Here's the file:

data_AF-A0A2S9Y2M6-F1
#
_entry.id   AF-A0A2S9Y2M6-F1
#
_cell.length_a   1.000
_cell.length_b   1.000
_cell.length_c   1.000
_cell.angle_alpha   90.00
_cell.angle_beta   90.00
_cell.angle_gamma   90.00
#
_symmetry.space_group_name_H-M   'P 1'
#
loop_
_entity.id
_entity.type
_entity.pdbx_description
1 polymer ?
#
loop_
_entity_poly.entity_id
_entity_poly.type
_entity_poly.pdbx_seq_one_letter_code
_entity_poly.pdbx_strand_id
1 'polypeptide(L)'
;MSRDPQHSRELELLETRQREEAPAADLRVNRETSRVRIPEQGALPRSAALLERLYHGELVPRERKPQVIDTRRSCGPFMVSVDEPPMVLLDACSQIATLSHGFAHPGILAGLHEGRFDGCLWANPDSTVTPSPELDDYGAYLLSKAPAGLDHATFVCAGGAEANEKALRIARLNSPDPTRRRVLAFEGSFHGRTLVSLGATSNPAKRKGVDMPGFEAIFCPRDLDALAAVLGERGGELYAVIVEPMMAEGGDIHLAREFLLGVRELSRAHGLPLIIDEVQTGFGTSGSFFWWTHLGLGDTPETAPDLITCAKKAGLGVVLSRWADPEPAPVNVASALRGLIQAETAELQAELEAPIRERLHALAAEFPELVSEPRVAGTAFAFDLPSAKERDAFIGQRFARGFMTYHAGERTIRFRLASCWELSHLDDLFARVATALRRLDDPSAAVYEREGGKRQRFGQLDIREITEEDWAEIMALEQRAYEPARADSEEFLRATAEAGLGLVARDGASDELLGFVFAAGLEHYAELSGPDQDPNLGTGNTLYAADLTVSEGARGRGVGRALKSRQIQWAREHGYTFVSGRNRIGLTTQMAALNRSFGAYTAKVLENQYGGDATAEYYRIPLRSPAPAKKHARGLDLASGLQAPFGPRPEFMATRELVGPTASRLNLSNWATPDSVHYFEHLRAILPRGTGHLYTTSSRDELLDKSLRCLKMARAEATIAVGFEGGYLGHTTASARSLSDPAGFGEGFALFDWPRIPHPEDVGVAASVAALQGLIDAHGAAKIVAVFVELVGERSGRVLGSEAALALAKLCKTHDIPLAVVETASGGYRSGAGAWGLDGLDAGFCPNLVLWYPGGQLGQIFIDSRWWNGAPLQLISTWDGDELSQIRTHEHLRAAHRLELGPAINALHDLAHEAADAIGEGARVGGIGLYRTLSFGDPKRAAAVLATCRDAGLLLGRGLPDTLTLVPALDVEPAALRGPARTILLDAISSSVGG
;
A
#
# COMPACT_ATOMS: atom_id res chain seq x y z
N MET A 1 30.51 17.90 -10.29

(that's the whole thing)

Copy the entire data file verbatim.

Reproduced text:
data_AF-A0A2S9Y2M6-F1
#
_entry.id   AF-A0A2S9Y2M6-F1
#
_cell.length_a   1.000
_cell.length_b   1.000
_cell.length_c   1.000
_cell.angle_alpha   90.00
_cell.angle_beta   90.00
_cell.angle_gamma   90.00
#
_symmetry.space_group_name_H-M   'P 1'
#
loop_
_entity.id
_entity.type
_entity.pdbx_description
1 polymer ?
#
loop_
_entity_poly.entity_id
_entity_poly.type
_entity_poly.pdbx_seq_one_letter_code
_entity_poly.pdbx_strand_id
1 'polypeptide(L)'
;MSRDPQHSRELELLETRQREEAPAADLRVNRETSRVRIPEQGALPRSAALLERLYHGELVPRERKPQVIDTRRSCGPFMVSVDEPPMVLLDACSQIATLSHGFAHPGILAGLHEGRFDGCLWANPDSTVTPSPELDDYGAYLLSKAPAGLDHATFVCAGGAEANEKALRIARLNSPDPTRRRVLAFEGSFHGRTLVSLGATSNPAKRKGVDMPGFEAIFCPRDLDALAAVLGERGGELYAVIVEPMMAEGGDIHLAREFLLGVRELSRAHGLPLIIDEVQTGFGTSGSFFWWTHLGLGDTPETAPDLITCAKKAGLGVVLSRWADPEPAPVNVASALRGLIQAETAELQAELEAPIRERLHALAAEFPELVSEPRVAGTAFAFDLPSAKERDAFIGQRFARGFMTYHAGERTIRFRLASCWELSHLDDLFARVATALRRLDDPSAAVYEREGGKRQRFGQLDIREITEEDWAEIMALEQRAYEPARADSEEFLRATAEAGLGLVARDGASDELLGFVFAAGLEHYAELSGPDQDPNLGTGNTLYAADLTVSEGARGRGVGRALKSRQIQWAREHGYTFVSGRNRIGLTTQMAALNRSFGAYTAKVLENQYGGDATAEYYRIPLRSPAPAKKHARGLDLASGLQAPFGPRPEFMATRELVGPTASRLNLSNWATPDSVHYFEHLRAILPRGTGHLYTTSSRDELLDKSLRCLKMARAEATIAVGFEGGYLGHTTASARSLSDPAGFGEGFALFDWPRIPHPEDVGVAASVAALQGLIDAHGAAKIVAVFVELVGERSGRVLGSEAALALAKLCKTHDIPLAVVETASGGYRSGAGAWGLDGLDAGFCPNLVLWYPGGQLGQIFIDSRWWNGAPLQLISTWDGDELSQIRTHEHLRAAHRLELGPAINALHDLAHEAADAIGEGARVGGIGLYRTLSFGDPKRAAAVLATCRDAGLLLGRGLPDTLTLVPALDVEPAALRGPARTILLDAISSSVGG
;
A
#
# COMPACT_ATOMS: atom_id res chain seq x y z
N MET A 1 30.51 17.90 -10.29